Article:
* Played straight by ''GenesisOfAquarion'', though at first the monsters were just regular Cherubim Soldiers with some kind of new ability that the team had to find a way to overcome by using lessons from earlier in the episode to unlock a new attack.
* The {{Getter Robo}} series did this a lot. The original, G, Go, and to an extent New all used this trope. Even the crossover movies were Monster of the Week.
* ''GhostInTheShellStandAloneComplex'' has two types of episode: [[ThemeNaming "Stand-Alone"]] episodes that deal with a one-shot villain or case, and "Complex" episodes that advance the overall StoryArc of the season.
* ''Anime/GoLion'', the 1980s paragon of the trope.
* ''HellGirl'' sends one soul to Hell almost every week.
* In ''Manga/HellTeacherNube'', Nube has to exorcise or help a youkai almost every chapter.
* ''HokenshitsuNoShinigami'' plays it completely straight with a few small arcs scattered here and there.
* ''{{InuYasha}}'' was this for nearly every episode outside the last anime story arc. Once the manga got past the point of the anime ending, it changed up a little bit.
* ''Manga/JoJosBizarreAdventure'' arguably boils down to this... except it's "villain for the next month and a half", due to the length of the fights.
** The series didn't adopt this format until Part 3 began and Stands were introduced, as Parts 1 & 2 were arc based. Interestingly enough, this format helped the popularity of the series, as the fights were unique and the Stand users diverse.
* ''LightNovel/KazeNoStigma''. See Shana above.
* {{Kekkaishi}} follows this trope, with a strange new Ayakashi or two attacking the Karasumori site every night. But it's {{justified|Trope}} through the actual behavior of the ayakashi, the motives of more dangerous ones, and the steady plans of the Kokuboro.
* ''KimbaTheWhiteLion'' alternates between this trope and a BigBadEnsemble.
* ''{{Kinnikuman}}'' first began this way, Monster Extermination arc, before it became the ProfessionalWrestling series it became famous for.
* Nightmare in ''KirbyOfTheStars'' would provide King Dedede with a new monster with which to try to kill Kirby every episode. Naturally, Dedede is just too cheap to buy more than one at any one time. He did go into debt buying them. Nightmare actually had to send a monster to collect the debt without him realizing (At first). Still was defeated though.
* ''MagicalGirlLyricalNanoha'' started out like this, then [[IncrediblyLamePun Fate intervened.]]
** Even before that she collected some [[LostTechnology Jewel Seeds]] off-screen and several per episode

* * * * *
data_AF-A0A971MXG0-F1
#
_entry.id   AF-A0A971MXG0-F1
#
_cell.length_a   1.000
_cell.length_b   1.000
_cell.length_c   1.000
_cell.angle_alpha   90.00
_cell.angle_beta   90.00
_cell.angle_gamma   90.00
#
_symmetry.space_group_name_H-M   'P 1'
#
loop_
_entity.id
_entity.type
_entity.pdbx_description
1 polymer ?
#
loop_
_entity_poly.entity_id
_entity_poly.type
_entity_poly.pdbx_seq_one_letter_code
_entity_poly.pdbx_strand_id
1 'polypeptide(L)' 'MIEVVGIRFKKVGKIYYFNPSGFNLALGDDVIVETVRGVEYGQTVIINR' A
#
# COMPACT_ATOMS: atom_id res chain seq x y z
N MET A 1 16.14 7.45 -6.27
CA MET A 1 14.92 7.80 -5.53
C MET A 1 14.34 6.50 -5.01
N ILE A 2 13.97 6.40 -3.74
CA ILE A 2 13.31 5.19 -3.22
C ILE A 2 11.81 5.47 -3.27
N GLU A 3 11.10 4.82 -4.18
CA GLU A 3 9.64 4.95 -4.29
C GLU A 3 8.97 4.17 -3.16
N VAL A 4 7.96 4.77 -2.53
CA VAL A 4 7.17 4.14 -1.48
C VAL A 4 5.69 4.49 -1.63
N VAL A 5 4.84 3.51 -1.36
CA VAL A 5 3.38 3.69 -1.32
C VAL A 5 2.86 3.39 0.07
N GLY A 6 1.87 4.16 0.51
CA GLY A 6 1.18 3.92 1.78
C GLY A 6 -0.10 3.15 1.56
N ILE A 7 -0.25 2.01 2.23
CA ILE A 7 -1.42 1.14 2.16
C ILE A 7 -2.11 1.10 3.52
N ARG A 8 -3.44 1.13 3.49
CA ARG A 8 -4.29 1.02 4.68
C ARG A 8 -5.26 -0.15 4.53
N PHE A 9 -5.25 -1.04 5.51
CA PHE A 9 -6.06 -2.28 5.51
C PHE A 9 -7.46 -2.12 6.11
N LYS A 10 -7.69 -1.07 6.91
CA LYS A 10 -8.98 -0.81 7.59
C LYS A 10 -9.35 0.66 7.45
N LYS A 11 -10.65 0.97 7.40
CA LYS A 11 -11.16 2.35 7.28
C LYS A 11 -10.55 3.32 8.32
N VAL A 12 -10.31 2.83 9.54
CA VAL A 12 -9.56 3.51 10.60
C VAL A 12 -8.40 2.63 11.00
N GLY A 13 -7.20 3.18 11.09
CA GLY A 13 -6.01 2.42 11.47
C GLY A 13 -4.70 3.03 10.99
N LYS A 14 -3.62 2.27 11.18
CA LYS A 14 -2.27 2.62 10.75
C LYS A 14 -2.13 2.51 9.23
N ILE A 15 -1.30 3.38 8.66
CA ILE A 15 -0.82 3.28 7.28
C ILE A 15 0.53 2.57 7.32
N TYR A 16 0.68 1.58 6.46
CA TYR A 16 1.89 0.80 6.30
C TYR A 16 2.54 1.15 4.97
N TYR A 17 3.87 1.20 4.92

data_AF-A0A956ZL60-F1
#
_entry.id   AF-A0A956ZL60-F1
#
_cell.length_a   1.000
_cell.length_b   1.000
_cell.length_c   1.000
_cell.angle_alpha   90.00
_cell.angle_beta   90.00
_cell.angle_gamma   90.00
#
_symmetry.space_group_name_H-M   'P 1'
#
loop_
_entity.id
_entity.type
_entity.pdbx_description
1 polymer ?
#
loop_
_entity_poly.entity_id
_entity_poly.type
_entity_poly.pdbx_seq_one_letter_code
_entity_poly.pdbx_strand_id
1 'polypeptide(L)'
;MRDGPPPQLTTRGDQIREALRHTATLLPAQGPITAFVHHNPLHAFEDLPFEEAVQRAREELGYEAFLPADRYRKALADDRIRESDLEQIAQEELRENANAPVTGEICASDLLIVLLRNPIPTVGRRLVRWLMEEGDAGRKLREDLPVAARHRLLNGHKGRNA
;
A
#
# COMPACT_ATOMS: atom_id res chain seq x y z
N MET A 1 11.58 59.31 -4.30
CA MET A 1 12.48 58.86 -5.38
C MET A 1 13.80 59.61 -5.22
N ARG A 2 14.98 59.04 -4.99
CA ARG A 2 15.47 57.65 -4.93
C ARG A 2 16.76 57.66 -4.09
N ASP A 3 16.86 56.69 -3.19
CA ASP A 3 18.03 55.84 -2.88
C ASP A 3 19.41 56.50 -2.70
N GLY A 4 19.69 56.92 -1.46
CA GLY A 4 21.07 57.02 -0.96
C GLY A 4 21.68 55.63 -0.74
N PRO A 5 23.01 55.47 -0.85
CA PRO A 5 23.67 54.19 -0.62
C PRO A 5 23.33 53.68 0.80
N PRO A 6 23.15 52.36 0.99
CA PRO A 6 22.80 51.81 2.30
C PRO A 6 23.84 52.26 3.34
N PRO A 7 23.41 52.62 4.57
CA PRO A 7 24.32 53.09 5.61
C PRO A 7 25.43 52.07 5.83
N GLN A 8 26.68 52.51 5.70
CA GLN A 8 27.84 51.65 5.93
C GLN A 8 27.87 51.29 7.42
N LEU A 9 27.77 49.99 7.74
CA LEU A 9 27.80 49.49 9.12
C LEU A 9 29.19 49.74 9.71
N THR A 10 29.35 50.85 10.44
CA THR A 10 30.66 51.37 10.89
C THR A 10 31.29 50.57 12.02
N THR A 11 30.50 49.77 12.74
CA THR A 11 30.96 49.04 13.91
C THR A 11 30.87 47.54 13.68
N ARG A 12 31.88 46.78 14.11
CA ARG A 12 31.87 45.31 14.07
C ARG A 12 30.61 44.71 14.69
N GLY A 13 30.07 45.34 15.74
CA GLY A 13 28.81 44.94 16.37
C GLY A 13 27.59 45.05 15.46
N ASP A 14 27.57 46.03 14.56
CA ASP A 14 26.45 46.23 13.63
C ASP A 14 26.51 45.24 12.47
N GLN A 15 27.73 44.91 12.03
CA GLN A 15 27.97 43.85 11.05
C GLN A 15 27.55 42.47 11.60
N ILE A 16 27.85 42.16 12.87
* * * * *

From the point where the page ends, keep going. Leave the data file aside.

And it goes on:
* ''{{Mai-HiME}}'' started out this way with the appearance of the Orphans. Then the various [[AncientConspiracy Ancient Conspiracies]] started [[GambitPileup executing their plans one after another]] and [[NothingIsTheSameAnymore Nothing Was The Same Anymore]].
* ''Anime/MazingerZ'' and its sequels -''Anime/GreatMazinger'' and ''Anime/UFORoboGrendizer''- are considered the 19''70s'' paragon in spite of they actually ''subverted'' the trope. Dr. Hell often sent two, three or even more Mechanical Beasts at a time as well. And the original manga averted it completely. The monsters gang up on Mazinger more often than not. It also was subverted in ''Anime/{{Mazinkaiser}}'', where Dr. Hell sends a large number of monsters at once against Z and GreatMazinger, and ''wins''.
** Averted in ''Anime/ShinMazinger'', probably because it sticked more closely to the original manga. Dr. Hell ''never'' just sends one monster out into battle, and usually [[CrazyPrepared has backup plans should his monsters fail.]]
* ''Anime/MobileSuitGundam'', while extremely arc-based, still managed to introduce a lot of new enemy mobile suits in a monster-of-the-week fashion.
** ''Anime/MobileFighterGGundam'' is THE best example in ''Franchise/{{Gundam}}'', because this was the entire ''point'' behind the series, to draw on the MonsterOfTheWeek fan base, or more specifically the robot of the week fanbase, because that was how most robot shows were done prior to ''Gundam''.
** ''Anime/SDGundamForce'' did something like this during early on. Basically, the Dark Axis' QuirkyMiniBossSquad would use a [[MindControl Control Horn]] on a robot in Neotopia, such as a swan ferry or a train, turning it from a helpful mobile citizen into a dangerous menace, and it would be the Gundam Force's job to destroy the Horn. According to the [[ShowWithinAShow Zako Zako Hour]], the Dark Axis (Or at least Zapper's Squad) were not very good at making new weapons, so they have steal everything. This stopped after episode 9 as the Dark Axis began sending in better warriors to attack Neotopia.
* Often overlooked, but ''Anime/NeonGenesisEvangelion'' also started like this. From the 13th angel's attack on though, even though each monster's still gone at the end of the episode that introduced it, the mental scars its attack leaves behind on the main characters remain...and build up over time. Evangelion's cast is on its last legs by the time the 17th angel kicks the bucket. [[FromBadToWorse Cue]] EndOfEvangelion.
* For a while in ''Manga/PopcornAvatar'', this is how many of the Asura and their avatars appear in front of Kurando.